Niasar’s Chahar-Taq exemplar of Sassanid architecture, tourism official says 

August 2, 2022 - 21:2

TEHRAN—A tourism official has said Niasar’s Chahar-Taq, which is an ancient square-shaped brick room surmounted by a domed roof, is an exemplar of fine architecture in the time of Sassanids.

“Niasar’s Chahar-Taq (Chahartaq) is a clear example of architectural knowledge and construction technology in the Sassanid period, and people feel responsible for this magnificent work as a national and transnational cultural heritage,” ISNA quoted Kashan’s tourism chief Ahmad Danaeinia as saying on Tuesday.

Danaeinia made the remarks after an unauthorized attempt to widen a nearby read posed a potential threat to the ancient monument, the report said.

“Yesterday, some people, without coordination, attempted to widen a road that crosses near the monument. However, the operation was stopped with the timely presence of the cultural heritage protection unit, and upon the order of the Kashan’s prosecutor,” the official said.

“We do our best to remove obstacles, but, based on our mission and duty, we are obliged to safeguard the cultural heritage of our country, which is the pride of every Iranian…. and we will not give up any efforts in this regard,” the official said.

Experts say this architectural form turned into the most typical form of Sassanid religious architecture, relating closely to the expansion and stabilization of Zoroastrianism under the Sassanid reign and continuing during the Islamic era thanks to its usage in religious and holy buildings such as mosques and tombs.

Arts and architecture at the time of Sassanids

The Sassanid era (224 CE–651) is of very high importance in the history of Iran. Under Sassanids, Persian art and architecture experienced a general renaissance. Architecture often took grandiose proportions, such as palaces at Ctesiphon, Firuzabad, and Sarvestan, which are amongst the highlights of the ensemble.

Crafts such as metalwork and gem-engraving grew highly sophisticated, yet scholarship was encouraged by the state. In those years, works from both the East and West were translated into Pahlavi, the language of the Sassanians.

Rock-carved sculptures and bas-reliefs on abrupt limestone cliffs are widely deemed as characteristics and striking relics of Sassanian art, top examples of which can be traced at Bishapur, Naqsh-e Rostam, and Naqsh-e Rajab in southern Iran.

In 2018, UNESCO added an ensemble of Sassanian historical cities in southern Iran — titled “Sassanid Archaeological Landscape of Fars Region”-- to its World Heritage list. The ensemble comprises eight archaeological sites situated in three geographical parts of Firuzabad, Bishapur, and Sarvestan. It reflects the optimized utilization of natural topography and bears witness to the influence of Achaemenid and Parthian cultural traditions and of Roman art, which later had a significant impact on the architecture and artistic styles of the Islamic era.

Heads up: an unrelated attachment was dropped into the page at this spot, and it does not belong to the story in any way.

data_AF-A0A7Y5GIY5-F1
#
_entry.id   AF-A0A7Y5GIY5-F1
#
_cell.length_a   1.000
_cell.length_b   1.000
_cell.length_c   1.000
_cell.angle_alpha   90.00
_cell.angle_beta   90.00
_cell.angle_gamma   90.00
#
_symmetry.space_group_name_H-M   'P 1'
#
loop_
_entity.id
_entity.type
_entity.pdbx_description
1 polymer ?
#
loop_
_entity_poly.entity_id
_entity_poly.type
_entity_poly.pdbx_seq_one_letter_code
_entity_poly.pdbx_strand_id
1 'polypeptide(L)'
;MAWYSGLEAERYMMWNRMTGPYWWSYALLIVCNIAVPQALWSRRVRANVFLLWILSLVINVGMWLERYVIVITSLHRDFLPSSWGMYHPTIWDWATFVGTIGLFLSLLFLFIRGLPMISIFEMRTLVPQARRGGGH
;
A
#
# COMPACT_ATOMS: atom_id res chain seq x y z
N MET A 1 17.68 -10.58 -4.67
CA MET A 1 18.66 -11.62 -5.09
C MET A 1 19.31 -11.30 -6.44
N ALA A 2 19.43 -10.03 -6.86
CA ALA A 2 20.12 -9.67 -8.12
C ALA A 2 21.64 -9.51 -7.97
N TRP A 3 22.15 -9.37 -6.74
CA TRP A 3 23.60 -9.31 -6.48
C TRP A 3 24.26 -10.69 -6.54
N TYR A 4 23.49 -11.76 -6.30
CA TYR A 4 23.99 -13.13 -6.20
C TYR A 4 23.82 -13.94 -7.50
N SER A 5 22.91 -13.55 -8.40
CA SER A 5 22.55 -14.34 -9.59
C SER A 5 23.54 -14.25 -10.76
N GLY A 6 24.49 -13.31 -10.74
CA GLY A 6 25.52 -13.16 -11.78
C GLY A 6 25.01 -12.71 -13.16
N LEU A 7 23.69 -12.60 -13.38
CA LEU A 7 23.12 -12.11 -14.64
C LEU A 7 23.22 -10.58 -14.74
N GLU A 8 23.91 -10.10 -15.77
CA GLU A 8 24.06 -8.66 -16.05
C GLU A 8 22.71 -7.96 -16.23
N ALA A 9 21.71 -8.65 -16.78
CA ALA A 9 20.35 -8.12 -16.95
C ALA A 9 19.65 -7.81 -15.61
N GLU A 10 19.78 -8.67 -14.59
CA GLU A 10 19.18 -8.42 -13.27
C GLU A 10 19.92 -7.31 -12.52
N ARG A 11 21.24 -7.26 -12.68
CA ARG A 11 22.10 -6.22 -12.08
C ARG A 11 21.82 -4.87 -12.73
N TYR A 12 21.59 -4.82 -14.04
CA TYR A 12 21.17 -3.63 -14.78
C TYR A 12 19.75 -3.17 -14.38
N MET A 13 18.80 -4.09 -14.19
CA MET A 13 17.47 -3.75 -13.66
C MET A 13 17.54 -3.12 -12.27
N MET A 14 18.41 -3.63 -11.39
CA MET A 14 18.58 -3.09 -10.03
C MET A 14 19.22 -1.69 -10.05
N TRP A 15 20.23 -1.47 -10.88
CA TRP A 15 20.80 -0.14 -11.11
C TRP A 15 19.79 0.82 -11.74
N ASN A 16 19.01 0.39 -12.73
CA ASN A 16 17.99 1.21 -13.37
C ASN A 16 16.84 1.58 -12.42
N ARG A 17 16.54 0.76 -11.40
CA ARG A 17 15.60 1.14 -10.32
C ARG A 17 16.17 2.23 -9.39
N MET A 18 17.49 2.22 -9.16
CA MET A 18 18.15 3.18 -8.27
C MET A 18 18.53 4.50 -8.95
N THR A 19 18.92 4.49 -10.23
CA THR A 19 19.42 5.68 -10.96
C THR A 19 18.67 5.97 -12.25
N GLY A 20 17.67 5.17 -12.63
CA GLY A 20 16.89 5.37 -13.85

Efforts made by the Sassanids also yield a revival of Iranian nationalism took place, for example, Zoroastrianism was declared the state religion. The dynasty evolved by Ardashir I and was destroyed by the Arabs during the period from 637 to 651. The dynasty was named after Sasan, an ancestor of Ardashir I.

Under his leadership, who reigned from 224 to 241, the Sassanians overthrew the Parthians and created an empire that was constantly changing in size as it reacted to Rome and Byzantium to the west and the Kushans and Hephthalites to the east, according to Britannica Encyclopedia.

At the time of Shapur I (reigned 241 CE–272), the empire stretched from Sogdiana and Iberia (Georgia) in the north to the Mazun region of Arabia in the south; in the east, it extended to the Indus River, and in the west to the upper Tigris and Euphrates river valleys.

According to UNESCO, the ancient cities of Ardashir Khurreh and Bishapur include the most significant remaining testimonies of the earliest moments of the Sassanid Empire, the commencement under Ardashir I, and the establishment of power under both Ardashir I and his successor Shapur I.

“The architecture of the Sassanid monuments in the property further illustrates early examples of construction of domes with squinches on square spaces, such as in the Chahar-Taq buildings, where the four sides of the square room show arched openings: this architectural form turned into the most typical form of Sassanid religious architecture, relating closely to the expansion and stabilization of Zoroastrianism under Sassanid reign and continuing during the Islamic era thanks to its usage in religious and holy buildings such as mosques and tombs,” the UN cultural body said in its website.

The Sassanid archaeological landscape also represents a highly efficient system of land use and strategic utilization of natural topography in the creation of the earliest cultural centers of the Sassanid civilization.

AFM

Leave a Comment

0 + 0 =